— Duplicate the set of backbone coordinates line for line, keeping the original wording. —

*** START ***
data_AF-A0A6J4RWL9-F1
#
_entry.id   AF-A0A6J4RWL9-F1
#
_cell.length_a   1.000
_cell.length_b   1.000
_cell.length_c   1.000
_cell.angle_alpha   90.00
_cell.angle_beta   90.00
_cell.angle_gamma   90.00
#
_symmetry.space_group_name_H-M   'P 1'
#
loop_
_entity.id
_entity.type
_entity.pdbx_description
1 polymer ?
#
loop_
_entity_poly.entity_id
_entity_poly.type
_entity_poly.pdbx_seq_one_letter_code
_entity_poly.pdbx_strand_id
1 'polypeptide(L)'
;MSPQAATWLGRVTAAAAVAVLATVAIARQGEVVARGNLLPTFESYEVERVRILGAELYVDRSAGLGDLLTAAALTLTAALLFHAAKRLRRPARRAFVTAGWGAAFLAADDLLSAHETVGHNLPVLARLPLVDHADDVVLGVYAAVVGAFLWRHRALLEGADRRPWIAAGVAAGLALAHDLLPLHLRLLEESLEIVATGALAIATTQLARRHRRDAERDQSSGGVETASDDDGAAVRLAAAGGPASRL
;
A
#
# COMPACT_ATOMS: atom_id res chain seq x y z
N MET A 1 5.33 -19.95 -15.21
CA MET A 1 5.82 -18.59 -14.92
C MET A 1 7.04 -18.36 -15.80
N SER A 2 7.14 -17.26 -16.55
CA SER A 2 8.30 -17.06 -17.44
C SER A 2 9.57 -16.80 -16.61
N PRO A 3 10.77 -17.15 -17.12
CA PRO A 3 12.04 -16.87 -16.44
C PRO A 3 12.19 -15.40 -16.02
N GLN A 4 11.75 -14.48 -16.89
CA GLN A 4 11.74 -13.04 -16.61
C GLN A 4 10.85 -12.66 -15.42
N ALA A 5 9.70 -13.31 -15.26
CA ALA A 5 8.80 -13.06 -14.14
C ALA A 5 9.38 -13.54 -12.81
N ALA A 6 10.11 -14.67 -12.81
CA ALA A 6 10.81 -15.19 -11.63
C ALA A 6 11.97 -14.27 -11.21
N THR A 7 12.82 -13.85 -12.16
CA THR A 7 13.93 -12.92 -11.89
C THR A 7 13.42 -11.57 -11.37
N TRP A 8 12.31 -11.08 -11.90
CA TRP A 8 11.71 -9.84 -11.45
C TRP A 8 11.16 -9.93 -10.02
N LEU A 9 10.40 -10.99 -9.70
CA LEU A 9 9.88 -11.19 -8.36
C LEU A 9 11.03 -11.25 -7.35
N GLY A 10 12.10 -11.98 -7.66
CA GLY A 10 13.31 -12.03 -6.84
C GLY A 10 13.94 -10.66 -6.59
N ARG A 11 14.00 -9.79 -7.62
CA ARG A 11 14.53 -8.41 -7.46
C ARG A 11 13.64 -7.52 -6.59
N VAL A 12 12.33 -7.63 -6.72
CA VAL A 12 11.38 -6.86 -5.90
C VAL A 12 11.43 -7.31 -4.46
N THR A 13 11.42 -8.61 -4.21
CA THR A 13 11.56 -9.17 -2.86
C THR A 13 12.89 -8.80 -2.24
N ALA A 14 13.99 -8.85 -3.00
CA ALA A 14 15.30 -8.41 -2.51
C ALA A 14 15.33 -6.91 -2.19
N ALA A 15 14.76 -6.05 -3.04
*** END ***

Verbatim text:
data_AF-A0A6J4RWL9-F1
#
_entry.id   AF-A0A6J4RWL9-F1
#
_cell.length_a   1.000
_cell.length_b   1.000
_cell.length_c   1.000
_cell.angle_alpha   90.00
_cell.angle_beta   90.00
_cell.angle_gamma   90.00
#
_symmetry.space_group_name_H-M   'P 1'
#
loop_
_entity.id
_entity.type
_entity.pdbx_description
1 polymer ?
#
loop_
_entity_poly.entity_id
_entity_poly.type
_entity_poly.pdbx_seq_one_letter_code
_entity_poly.pdbx_strand_id
1 'polypeptide(L)'
;MSPQAATWLGRVTAAAAVAVLATVAIARQGEVVARGNLLPTFESYEVERVRILGAELYVDRSAGLGDLLTAAALTLTAALLFHAAKRLRRPARRAFVTAGWGAAFLAADDLLSAHETVGHNLPVLARLPLVDHADDVVLGVYAAVVGAFLWRHRALLEGADRRPWIAAGVAAGLALAHDLLPLHLRLLEESLEIVATGALAIATTQLARRHRRDAERDQSSGGVETASDDDGAAVRLAAAGGPASRL
;
A
#
# COMPACT_ATOMS: atom_id res chain seq x y z
N MET A 1 5.33 -19.95 -15.21
CA MET A 1 5.82 -18.59 -14.92
C MET A 1 7.04 -18.36 -15.80
N SER A 2 7.14 -17.26 -16.55
CA SER A 2 8.30 -17.06 -17.44
C SER A 2 9.57 -16.80 -16.61
N PRO A 3 10.77 -17.15 -17.12
CA PRO A 3 12.04 -16.87 -16.44
C PRO A 3 12.19 -15.40 -16.02
N GLN A 4 11.75 -14.48 -16.89
CA GLN A 4 11.74 -13.04 -16.61
C GLN A 4 10.85 -12.66 -15.42
N ALA A 5 9.70 -13.31 -15.26
CA ALA A 5 8.80 -13.06 -14.14
C ALA A 5 9.38 -13.54 -12.81
N ALA A 6 10.11 -14.67 -12.81
CA ALA A 6 10.81 -15.19 -11.63
C ALA A 6 11.97 -14.27 -11.21
N THR A 7 12.82 -13.85 -12.16
CA THR A 7 13.93 -12.92 -11.89
C THR A 7 13.42 -11.57 -11.37
N TRP A 8 12.31 -11.08 -11.90
CA TRP A 8 11.71 -9.84 -11.45
C TRP A 8 11.16 -9.93 -10.02
N LEU A 9 10.40 -10.99 -9.70
CA LEU A 9 9.88 -11.19 -8.36
C LEU A 9 11.03 -11.25 -7.35
N GLY A 10 12.10 -11.98 -7.66
CA GLY A 10 13.31 -12.03 -6.84
C GLY A 10 13.94 -10.66 -6.59
N ARG A 11 14.00 -9.79 -7.62
CA ARG A 11 14.53 -8.41 -7.46
C ARG A 11 13.64 -7.52 -6.59
N VAL A 12 12.33 -7.63 -6.72
CA VAL A 12 11.38 -6.86 -5.90
C VAL A 12 11.43 -7.31 -4.46
N THR A 13 11.42 -8.61 -4.21
CA THR A 13 11.56 -9.17 -2.86
C THR A 13 12.89 -8.80 -2.24
N ALA A 14 13.99 -8.85 -3.00
CA ALA A 14 15.30 -8.41 -2.51
C ALA A 14 15.33 -6.91 -2.19
N ALA A 15 14.76 -6.05 -3.04